These are the adventures of Andy and Sally Rawnsley on their narrowboat "The Puzzler". We have been living on the boat for over nine years now and are still loving it. Our Ulster born Shih Tzu, Shannon, has grown up, and has taken over the boat! After three wonderful years in Ireland, we transported The Puzzler to The Netherlands, and spent a year there. In 2015 we went southwards, to reach the north of France by June. After glorious weather throughout the summer, we arrived in Roanne in late October, and enjoyed our winter in this friendly port. We cruised extensively in France in 2016 and 2017, returning to Roanne each winter.


Thursday, 24 August 2017

1st - 10th August 2017. On along the Canal de la Marne au Rhin (Ouest) via Void, the Mauvages tunnel and Demange-aux-Eaux to find lots of weed at Treveray. Moving on past Givrauval and Tronville to Bar-le-Duc.

On the approach to the village of Void, the reflections are really good. Sorry about the delay with this posting, but we have had internet problems.

Mauvages tunnel is 4,877 metres long, so we took turns to steer The Puzzler, doing 700 metre stints. Andy went first, so enjoyed an extra turn!

Many of the houses in the main street of Demange-aux-Eaux are similar to these, with a great depth back from the road.

We were able to walk down to the river L'Ornain here, and Shannon had great fun in the water.
We had a slow afternoon on Friday, for several reasons. Our first lock on leaving Demange was on double red, with a boat in the lock. Double red means a phone call is required to VNF, requesting help, and Monsieur duly arrived after 40 minutes. No-one knew what had been wrong. Our next problem was at lock 5, as we had missed the sensor when leaving lock 4. As The Puzzler is not as wide as most boats in France it is essential that we leave each lock on the side of the sensor, so that the signal can be sent to prepare the next lock. This might be either side of the lock, and we must have been on the wrong side! Monsieur arrived 45 minutes later to activate lock 5 for us.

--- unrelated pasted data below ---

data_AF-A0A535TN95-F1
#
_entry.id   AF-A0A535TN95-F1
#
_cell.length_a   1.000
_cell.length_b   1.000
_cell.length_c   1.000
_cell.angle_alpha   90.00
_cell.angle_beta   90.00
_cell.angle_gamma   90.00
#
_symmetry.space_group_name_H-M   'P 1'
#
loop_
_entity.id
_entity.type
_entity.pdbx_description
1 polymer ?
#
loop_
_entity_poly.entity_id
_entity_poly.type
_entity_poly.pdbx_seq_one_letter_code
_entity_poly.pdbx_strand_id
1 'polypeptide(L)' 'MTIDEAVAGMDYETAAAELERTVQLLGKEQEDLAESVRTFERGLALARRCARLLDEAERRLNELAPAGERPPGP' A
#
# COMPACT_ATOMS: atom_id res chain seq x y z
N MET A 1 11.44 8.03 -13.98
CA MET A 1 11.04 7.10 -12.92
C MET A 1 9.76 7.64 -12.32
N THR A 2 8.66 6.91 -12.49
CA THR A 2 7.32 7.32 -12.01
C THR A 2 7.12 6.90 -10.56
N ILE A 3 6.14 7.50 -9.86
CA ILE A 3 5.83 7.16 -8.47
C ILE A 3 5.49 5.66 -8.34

As we approached lock 10 we could see the hotelboat La Nouvelle Etoile, apparently stuck in the lock. He edged forward, very slowly, and took nearly an hour to get out of the lock and past us. By then it was after 6pm and the lock was officially shut for the night. However, I managed to persuade VNF to operate the lock for us, which was good, as there was no place to stop above this lock.
At Treveray there was a great deal of weed, which had been all chopped up by the hotel boat's propeller, being low down in the water. Last night, when we arrived, the water level was down by about a metre, and the only way off our boat was by climbing up the plank at a 45° angle. However, today we are walking down the plank to the boat, with the water level back to normal.

No more boats were allowed to continue up the canal for 24 hours, until the, by now very unpopular, hotelboat was well out of the way. Passengers on this boat have paid 8000 euros a week to crawl along at a rate of one lock each hour! There were six boats at Treveray on our second night there, with several nations represented.

As we reach Givrauval, there is a terrific thunderstorm, right overhead. Later in the evening though, the weather improves, and the view over the wider valley can be seen, still in the sun.
At Tronville, we were involved in some inventive mooring, to find room for this Dutch boat. A quarter of an hour later, the French boat in front of us moved off! Our new Dutch friends then moved in front of us, but it would have been thoughtful if the French boat had said that he was leaving soon.

At Bar-le-Duc this placard shows the start of La Voie Sacrée which was of great importance during the battle of Verdun in 1916, being the only road out of range of enemy artillery. Day and night it was the scene of convoys of men and equipment which supplied the gigantic battle

No comments:

Post a Comment